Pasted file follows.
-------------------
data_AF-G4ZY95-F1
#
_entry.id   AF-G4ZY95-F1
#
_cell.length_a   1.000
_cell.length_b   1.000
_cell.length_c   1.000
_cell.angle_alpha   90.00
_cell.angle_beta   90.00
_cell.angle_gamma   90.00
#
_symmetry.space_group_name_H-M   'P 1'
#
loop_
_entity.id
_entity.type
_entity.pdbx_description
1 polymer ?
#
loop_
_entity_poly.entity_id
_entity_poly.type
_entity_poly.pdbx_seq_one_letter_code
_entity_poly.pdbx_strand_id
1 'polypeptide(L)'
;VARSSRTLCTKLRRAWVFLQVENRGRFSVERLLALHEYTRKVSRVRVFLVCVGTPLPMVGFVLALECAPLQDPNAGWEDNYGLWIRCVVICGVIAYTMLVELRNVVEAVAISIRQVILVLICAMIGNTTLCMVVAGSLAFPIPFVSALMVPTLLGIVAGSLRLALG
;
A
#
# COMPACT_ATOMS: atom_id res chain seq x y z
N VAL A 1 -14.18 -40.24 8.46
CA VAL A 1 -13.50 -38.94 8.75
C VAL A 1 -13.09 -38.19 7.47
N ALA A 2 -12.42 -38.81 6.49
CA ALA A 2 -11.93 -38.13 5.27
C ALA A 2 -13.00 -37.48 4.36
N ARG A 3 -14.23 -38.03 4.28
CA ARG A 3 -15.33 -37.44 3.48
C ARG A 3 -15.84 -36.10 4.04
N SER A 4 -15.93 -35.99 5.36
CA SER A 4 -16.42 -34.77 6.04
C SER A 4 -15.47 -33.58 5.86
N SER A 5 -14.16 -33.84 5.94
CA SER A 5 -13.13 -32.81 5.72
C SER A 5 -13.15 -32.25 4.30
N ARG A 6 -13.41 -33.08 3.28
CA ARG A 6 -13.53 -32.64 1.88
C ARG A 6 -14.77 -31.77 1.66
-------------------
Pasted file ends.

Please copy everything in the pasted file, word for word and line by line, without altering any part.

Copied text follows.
data_AF-G4ZY95-F1
#
_entry.id   AF-G4ZY95-F1
#
_cell.length_a   1.000
_cell.length_b   1.000
_cell.length_c   1.000
_cell.angle_alpha   90.00
_cell.angle_beta   90.00
_cell.angle_gamma   90.00
#
_symmetry.space_group_name_H-M   'P 1'
#
loop_
_entity.id
_entity.type
_entity.pdbx_description
1 polymer ?
#
loop_
_entity_poly.entity_id
_entity_poly.type
_entity_poly.pdbx_seq_one_letter_code
_entity_poly.pdbx_strand_id
1 'polypeptide(L)'
;VARSSRTLCTKLRRAWVFLQVENRGRFSVERLLALHEYTRKVSRVRVFLVCVGTPLPMVGFVLALECAPLQDPNAGWEDNYGLWIRCVVICGVIAYTMLVELRNVVEAVAISIRQVILVLICAMIGNTTLCMVVAGSLAFPIPFVSALMVPTLLGIVAGSLRLALG
;
A
#
# COMPACT_ATOMS: atom_id res chain seq x y z
N VAL A 1 -14.18 -40.24 8.46
CA VAL A 1 -13.50 -38.94 8.75
C VAL A 1 -13.09 -38.19 7.47
N ALA A 2 -12.42 -38.81 6.49
CA ALA A 2 -11.93 -38.13 5.27
C ALA A 2 -13.00 -37.48 4.36
N ARG A 3 -14.23 -38.03 4.28
CA ARG A 3 -15.33 -37.44 3.48
C ARG A 3 -15.84 -36.10 4.04
N SER A 4 -15.93 -35.99 5.36
CA SER A 4 -16.42 -34.77 6.04
C SER A 4 -15.47 -33.58 5.86
N SER A 5 -14.16 -33.84 5.94
CA SER A 5 -13.13 -32.81 5.72
C SER A 5 -13.15 -32.25 4.30
N ARG A 6 -13.41 -33.08 3.28
CA ARG A 6 -13.53 -32.64 1.88
C ARG A 6 -14.77 -31.77 1.66